Kathy Wismar manifests her credo, “To be an artist is to live through your work,” via two modes of artistic expression, one three-dimensional and the other equally invitational. In her new show, Intersections and Affirmations, at Kolman & Pryor Gallery, December 6, 2014, through January 3, 2015, Wismar celebrates how “art is not static” with tactile ceramics and enticing abstract paintings that beckon viewers to experience—with their hands and eyes, hearts and minds—“a sense of possibility.”
A Minneapolis artist, Wismar specializes in wheel-thrown and hand-built functional pottery. She’s also an abstract painter working in watercolors and acrylics. “Working with two very different media, clay and paint,” she says, “I find points of intersection and moments of great difference.”
“Clay is very tactile,” she explains. “The pieces beg to be picked up, the heft felt in your hands and the entire object to be considered for what it is. The third dimension is where the potential lies—where we don’t just look at a piece, we interact with it.” Similarly, she continues, “The paintings are meant to draw you in, to find a point of entry in a shape or a color, then invite you to pass beyond imagined barriers and explore what is beneath.”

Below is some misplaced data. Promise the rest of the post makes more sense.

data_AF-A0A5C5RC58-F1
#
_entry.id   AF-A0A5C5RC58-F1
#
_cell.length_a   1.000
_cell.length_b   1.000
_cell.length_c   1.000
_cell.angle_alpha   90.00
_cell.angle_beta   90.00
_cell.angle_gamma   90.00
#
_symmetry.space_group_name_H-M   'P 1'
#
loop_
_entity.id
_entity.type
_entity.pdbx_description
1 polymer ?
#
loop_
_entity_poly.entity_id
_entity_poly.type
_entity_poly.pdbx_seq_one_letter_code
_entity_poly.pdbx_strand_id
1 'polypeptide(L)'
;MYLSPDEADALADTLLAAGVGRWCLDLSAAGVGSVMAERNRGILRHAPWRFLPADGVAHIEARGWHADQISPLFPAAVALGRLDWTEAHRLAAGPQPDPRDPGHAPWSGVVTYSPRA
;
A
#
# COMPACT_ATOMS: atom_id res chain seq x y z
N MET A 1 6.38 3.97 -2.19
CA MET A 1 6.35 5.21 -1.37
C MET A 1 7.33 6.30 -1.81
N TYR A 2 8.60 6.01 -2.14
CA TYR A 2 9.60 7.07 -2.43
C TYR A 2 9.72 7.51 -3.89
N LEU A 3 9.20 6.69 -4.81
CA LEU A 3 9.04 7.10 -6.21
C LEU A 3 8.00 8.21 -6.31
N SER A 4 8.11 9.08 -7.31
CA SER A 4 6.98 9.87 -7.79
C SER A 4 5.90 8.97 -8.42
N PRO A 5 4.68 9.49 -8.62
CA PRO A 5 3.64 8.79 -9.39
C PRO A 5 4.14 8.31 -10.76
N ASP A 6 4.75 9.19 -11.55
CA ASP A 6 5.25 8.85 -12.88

That moment of exploration is revelatory and celebratory for the artist. “Nothing affirms an artist more than the still moment when an observer succumbs to the magnetic pull of the artwork and begins to explore what it’s communicating,” Wismar adds.
Because of her works’ inviting qualities, Wismar’s ceramics and paintings are favorites among collectors. “Everyone who knows Kathy’s work is eager for this show, to see what she’s been working on and what they can add to their collections,” says Patrick Kemal Pryor, co-owner of Kolman & Pryor Gallery. “One can see both the influences of modernism and traditional ceramics in her work, which lend her pieces a distinctive aesthetic quality that draws both casual viewers and collectors to her work.”
Wismar has been exhibiting her work nationally since 1992. Before settling in Minnesota, she established an independent ceramic studio in Alexandria, VA. She’s honed her artistry at workshops and through study projects over the years, notably at Colorado’s Anderson Ranch, the Corcoran School of Art in Washington, D.C., and in University of Wisconsin-River Falls master seminars with Ken Matsuzaki and Warren MacKenzie.